Aronia Planting Guide Part II – Fertilizer, Nutrients, Mulch and Compost

Fertilizer and Nutrients

Applying the right fertilizers at the right time can increase growth and yield. Professional advice should be used to determine the type and amount of fertilizer to be used.

Fertilized and watered seedlings of black aronia plants are easy to grow. A slow release fertilizer such as 0.3 lb/plant (or 3/4 cup/plant) of 1.7N-4.1P-12K or 14N-12P-14K slow release fertilizer for 5-6 months is required to ensure survival. in the long term and strong growth of the plants. Fertilize in spring when leaf breaks. A second application can be made later in the summer.

To promote root growth in the home soil, spread the fertilizer in a wide, circular band around the plant on either side of the edge of the drip line, water and mulch well. On some farms, 14-12-14 5-6 months fertilizer is used for growing plants in the field. This is a slow release granular fertilizer. Be careful when fertilizing the plants, as over-fertilizing can kill the plants.

If using a water soluble fertilizer: Mix according to container directions and when applying, wet leaves and soil wet.

Some use a fish emulsion fertilizer (5-1-1) which they spray on the leaves monthly. Another alternative is to use aerated compote tea made with worm castings. This airy compound tea is full of beneficial microorganisms that help the soil make minerals more available to the plant. The compost tea helps make the plants pest resistant and productive. In clay soils, aerated compost tea helps improve drainage and aeration and improve nutrition. Your plants also benefit from spraying the leaves. Spraying your plant leaves with compost tea will benefit your plant quickly and greatly.

A good sign of sufficient nutrients is the dark green color of the large leaves, their density on the shoots and a strong growth of the shrub.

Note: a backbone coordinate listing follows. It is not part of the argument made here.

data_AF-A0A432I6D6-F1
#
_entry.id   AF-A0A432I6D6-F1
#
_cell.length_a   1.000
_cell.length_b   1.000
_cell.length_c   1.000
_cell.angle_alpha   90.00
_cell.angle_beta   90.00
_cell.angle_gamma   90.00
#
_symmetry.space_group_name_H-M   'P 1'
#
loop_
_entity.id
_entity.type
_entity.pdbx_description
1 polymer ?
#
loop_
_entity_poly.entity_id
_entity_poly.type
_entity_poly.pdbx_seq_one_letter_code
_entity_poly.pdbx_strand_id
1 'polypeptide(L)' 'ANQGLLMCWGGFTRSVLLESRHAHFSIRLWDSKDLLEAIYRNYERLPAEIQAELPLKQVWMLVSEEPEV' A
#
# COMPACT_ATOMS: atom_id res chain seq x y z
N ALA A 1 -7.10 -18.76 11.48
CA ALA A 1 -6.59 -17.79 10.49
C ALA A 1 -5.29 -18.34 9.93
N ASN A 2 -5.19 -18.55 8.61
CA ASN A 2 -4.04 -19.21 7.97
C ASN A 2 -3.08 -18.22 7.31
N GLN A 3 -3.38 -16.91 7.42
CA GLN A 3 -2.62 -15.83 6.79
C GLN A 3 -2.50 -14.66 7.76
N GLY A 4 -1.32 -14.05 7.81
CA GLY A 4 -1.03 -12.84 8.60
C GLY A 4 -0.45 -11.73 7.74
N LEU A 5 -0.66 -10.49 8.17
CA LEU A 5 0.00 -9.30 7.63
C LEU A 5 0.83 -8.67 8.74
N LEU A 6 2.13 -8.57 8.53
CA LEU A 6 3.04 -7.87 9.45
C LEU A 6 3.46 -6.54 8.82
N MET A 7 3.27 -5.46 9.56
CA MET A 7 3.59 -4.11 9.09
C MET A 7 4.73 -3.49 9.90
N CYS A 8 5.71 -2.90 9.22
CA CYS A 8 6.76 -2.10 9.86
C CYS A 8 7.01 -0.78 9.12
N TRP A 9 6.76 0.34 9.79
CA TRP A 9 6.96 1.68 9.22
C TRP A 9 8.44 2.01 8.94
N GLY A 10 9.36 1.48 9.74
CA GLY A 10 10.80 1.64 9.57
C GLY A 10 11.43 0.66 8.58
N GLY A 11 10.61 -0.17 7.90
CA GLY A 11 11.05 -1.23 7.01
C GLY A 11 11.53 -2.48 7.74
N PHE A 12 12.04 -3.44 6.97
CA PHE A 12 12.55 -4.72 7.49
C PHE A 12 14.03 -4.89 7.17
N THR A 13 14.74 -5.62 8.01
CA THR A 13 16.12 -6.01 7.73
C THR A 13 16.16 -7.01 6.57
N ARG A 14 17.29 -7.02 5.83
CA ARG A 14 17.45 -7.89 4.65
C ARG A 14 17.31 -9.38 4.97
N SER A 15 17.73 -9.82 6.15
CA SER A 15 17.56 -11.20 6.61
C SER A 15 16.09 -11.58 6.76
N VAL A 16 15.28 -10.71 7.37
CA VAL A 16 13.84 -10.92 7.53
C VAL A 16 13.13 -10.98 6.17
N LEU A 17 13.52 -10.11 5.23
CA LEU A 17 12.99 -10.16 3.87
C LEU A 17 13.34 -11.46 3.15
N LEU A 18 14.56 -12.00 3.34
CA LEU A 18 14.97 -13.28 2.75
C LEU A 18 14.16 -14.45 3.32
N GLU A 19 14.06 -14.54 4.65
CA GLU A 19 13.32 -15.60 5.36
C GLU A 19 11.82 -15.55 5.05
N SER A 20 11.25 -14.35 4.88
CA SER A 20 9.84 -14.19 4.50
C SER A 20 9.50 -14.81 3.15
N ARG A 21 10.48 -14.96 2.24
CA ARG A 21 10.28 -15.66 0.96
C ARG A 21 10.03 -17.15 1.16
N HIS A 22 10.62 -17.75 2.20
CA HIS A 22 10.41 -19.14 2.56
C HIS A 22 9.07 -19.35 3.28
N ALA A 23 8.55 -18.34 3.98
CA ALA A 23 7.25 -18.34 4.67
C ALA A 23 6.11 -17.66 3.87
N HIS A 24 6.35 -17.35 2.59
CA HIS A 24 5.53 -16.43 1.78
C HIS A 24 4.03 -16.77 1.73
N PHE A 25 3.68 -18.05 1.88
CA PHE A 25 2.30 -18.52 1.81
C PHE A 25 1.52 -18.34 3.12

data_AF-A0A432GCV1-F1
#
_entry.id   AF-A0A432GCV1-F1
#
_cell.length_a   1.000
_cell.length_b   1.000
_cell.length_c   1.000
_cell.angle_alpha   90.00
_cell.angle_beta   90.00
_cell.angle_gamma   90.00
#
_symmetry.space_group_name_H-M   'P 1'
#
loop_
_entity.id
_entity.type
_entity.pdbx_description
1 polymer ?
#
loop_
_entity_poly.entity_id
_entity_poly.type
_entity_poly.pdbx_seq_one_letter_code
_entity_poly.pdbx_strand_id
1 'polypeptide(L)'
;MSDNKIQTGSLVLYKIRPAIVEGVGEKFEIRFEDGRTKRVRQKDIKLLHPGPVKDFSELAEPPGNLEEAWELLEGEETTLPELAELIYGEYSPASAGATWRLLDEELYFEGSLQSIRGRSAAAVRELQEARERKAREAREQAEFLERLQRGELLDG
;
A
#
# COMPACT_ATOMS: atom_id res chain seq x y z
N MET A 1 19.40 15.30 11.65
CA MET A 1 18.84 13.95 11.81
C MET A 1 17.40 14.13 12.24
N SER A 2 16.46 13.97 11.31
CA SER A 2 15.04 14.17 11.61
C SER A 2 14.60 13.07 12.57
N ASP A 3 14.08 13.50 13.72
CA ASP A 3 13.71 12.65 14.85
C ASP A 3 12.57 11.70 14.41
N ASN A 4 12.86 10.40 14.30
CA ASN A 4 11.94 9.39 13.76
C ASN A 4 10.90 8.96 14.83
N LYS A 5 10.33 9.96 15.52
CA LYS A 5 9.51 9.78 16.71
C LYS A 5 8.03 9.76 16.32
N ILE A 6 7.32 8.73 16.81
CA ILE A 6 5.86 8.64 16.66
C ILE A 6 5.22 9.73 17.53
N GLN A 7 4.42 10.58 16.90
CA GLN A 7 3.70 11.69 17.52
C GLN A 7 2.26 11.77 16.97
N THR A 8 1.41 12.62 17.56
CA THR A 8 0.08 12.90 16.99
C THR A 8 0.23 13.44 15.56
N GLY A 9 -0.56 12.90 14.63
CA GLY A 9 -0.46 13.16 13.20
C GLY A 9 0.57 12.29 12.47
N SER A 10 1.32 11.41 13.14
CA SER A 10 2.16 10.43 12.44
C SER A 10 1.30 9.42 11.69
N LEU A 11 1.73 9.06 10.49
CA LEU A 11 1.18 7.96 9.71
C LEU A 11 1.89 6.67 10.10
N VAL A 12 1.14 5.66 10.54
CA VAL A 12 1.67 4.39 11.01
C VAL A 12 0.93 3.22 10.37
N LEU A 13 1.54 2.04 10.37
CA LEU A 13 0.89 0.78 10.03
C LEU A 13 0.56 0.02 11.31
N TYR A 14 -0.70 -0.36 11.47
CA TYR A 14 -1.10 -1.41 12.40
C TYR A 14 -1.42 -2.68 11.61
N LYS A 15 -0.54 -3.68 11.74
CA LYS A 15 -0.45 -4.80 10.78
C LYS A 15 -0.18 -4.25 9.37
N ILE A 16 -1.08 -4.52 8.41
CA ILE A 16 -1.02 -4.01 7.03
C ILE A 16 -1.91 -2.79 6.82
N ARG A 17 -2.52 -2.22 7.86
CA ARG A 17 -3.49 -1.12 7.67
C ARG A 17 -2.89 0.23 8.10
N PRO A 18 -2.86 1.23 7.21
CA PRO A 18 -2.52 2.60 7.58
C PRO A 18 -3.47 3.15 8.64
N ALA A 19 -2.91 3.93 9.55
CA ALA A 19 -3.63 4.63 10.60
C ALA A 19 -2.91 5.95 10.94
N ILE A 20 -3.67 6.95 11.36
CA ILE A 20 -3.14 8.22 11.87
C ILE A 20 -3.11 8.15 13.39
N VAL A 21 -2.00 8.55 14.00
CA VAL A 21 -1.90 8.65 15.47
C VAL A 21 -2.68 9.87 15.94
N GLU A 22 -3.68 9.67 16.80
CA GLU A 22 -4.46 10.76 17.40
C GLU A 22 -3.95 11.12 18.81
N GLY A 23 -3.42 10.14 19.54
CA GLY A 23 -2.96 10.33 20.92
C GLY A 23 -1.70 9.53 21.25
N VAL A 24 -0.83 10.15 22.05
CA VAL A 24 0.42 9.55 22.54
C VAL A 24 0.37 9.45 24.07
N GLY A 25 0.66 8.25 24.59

Mulch – Use it for the following reasons.

  • It helps retain water
  • It provides food for plants
  • It moderates the soil temperature and protects the roots from high and low temperature stress
  • It protects against premature flowering (frost insurance)
  • It suppresses weeds
  • It builds up ground
  • It helps prevent erosion from rain and wind.

Newspapers make a great weed barrier to mulch over while the plant is young.

Mulch reduces evaporation and puts less stress on plants in the heat of summer. When mulching, keep the mulch about 10 cm from the stems of the plant so that rodents cannot chew the stems of the plant.

Weeds are one of the biggest problems a grower faces. Mature aronia is somewhat tolerant of weeds and is not as easily suffocated by weeds as some other plants once established. This is because it has a good taproot and a sucking tendency to produce more shoots to help it form a hedge. The taproot, once the plant has established itself in 3 or 4 years, helps it be more tolerant of summer dry conditions and able to compete with weeds for water and nutrition. It also has a sucking nature that produces new shoots and increases its growth footprint. The plants tend to grow out of a hedge over time.

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Mulch / Compost

Give crops an extra boost by adding material between rows of growing crops and plant the plants with leaves or other mulch along the aronia shrub each fall. Mulch plants grow faster than plants that have not been mulched.

A custom side discharge chopper makes a monstrous way to accomplish this task.

You may be able to get leaf mulch from your local town’s fall leaf collection

Mulching material options

  • autumn leaves
  • pine needles and straw
  • grass clippings
  • compost
  • corn feed
  • grated bark
  • wood chips (Wood mulch can starve plants due to their need for nitrogen while decomposing.)